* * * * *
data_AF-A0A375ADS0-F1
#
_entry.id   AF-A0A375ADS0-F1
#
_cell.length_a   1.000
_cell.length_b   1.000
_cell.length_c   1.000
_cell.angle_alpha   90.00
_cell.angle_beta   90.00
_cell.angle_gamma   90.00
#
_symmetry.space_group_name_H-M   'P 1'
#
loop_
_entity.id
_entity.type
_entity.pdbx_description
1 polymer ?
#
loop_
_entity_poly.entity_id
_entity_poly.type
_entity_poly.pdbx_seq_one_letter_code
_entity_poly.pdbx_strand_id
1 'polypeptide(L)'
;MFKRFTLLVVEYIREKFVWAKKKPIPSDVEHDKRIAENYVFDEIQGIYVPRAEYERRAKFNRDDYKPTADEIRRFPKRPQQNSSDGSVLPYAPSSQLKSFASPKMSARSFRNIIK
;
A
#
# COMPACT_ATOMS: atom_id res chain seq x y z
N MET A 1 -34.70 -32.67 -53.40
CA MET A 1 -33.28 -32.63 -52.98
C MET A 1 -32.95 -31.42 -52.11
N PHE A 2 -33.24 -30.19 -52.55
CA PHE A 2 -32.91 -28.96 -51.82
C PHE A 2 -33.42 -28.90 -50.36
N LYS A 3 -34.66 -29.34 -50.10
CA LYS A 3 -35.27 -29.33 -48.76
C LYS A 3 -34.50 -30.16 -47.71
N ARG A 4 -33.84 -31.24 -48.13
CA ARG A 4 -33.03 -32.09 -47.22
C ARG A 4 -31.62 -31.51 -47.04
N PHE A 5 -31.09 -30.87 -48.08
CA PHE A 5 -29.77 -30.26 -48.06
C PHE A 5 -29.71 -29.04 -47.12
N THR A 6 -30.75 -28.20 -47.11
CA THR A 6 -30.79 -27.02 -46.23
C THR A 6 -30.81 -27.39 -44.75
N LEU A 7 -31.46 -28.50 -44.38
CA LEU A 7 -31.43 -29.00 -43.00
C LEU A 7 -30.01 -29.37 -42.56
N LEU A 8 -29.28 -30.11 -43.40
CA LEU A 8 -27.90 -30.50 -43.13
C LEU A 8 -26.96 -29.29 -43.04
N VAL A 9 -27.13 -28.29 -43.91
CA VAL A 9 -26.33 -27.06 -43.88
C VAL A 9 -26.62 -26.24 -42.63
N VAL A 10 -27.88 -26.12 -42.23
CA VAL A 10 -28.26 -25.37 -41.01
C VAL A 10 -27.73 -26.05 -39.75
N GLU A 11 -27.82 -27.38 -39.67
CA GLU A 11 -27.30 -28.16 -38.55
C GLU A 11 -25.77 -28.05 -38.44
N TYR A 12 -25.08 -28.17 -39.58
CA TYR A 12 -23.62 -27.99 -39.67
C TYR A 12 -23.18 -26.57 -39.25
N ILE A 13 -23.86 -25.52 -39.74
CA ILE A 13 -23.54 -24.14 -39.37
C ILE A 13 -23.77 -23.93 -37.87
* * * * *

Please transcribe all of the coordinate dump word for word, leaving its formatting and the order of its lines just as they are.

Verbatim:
data_AF-A0A375ADS0-F1
#
_entry.id   AF-A0A375ADS0-F1
#
_cell.length_a   1.000
_cell.length_b   1.000
_cell.length_c   1.000
_cell.angle_alpha   90.00
_cell.angle_beta   90.00
_cell.angle_gamma   90.00
#
_symmetry.space_group_name_H-M   'P 1'
#
loop_
_entity.id
_entity.type
_entity.pdbx_description
1 polymer ?
#
loop_
_entity_poly.entity_id
_entity_poly.type
_entity_poly.pdbx_seq_one_letter_code
_entity_poly.pdbx_strand_id
1 'polypeptide(L)'
;MFKRFTLLVVEYIREKFVWAKKKPIPSDVEHDKRIAENYVFDEIQGIYVPRAEYERRAKFNRDDYKPTADEIRRFPKRPQQNSSDGSVLPYAPSSQLKSFASPKMSARSFRNIIK
;
A
#
# COMPACT_ATOMS: atom_id res chain seq x y z
N MET A 1 -34.70 -32.67 -53.40
CA MET A 1 -33.28 -32.63 -52.98
C MET A 1 -32.95 -31.42 -52.11
N PHE A 2 -33.24 -30.19 -52.55
CA PHE A 2 -32.91 -28.96 -51.82
C PHE A 2 -33.42 -28.90 -50.36
N LYS A 3 -34.66 -29.34 -50.10
CA LYS A 3 -35.27 -29.33 -48.76
C LYS A 3 -34.50 -30.16 -47.71
N ARG A 4 -33.84 -31.24 -48.13
CA ARG A 4 -33.03 -32.09 -47.22
C ARG A 4 -31.62 -31.51 -47.04
N PHE A 5 -31.09 -30.87 -48.08
CA PHE A 5 -29.77 -30.26 -48.06
C PHE A 5 -29.71 -29.04 -47.12
N THR A 6 -30.75 -28.20 -47.11
CA THR A 6 -30.79 -27.02 -46.23
C THR A 6 -30.81 -27.39 -44.75
N LEU A 7 -31.46 -28.50 -44.38
CA LEU A 7 -31.43 -29.00 -43.00
C LEU A 7 -30.01 -29.37 -42.56
N LEU A 8 -29.28 -30.11 -43.40
CA LEU A 8 -27.90 -30.50 -43.13
C LEU A 8 -26.96 -29.29 -43.04
N VAL A 9 -27.13 -28.29 -43.91
CA VAL A 9 -26.33 -27.06 -43.88
C VAL A 9 -26.62 -26.24 -42.63
N VAL A 10 -27.88 -26.12 -42.23
CA VAL A 10 -28.26 -25.37 -41.01
C VAL A 10 -27.73 -26.05 -39.75
N GLU A 11 -27.82 -27.38 -39.67
CA GLU A 11 -27.30 -28.16 -38.55
C GLU A 11 -25.77 -28.05 -38.44
N TYR A 12 -25.08 -28.17 -39.58
CA TYR A 12 -23.62 -27.99 -39.67
C TYR A 12 -23.18 -26.57 -39.25
N ILE A 13 -23.86 -25.52 -39.74
CA ILE A 13 -23.54 -24.14 -39.37
C ILE A 13 -23.77 -23.93 -37.87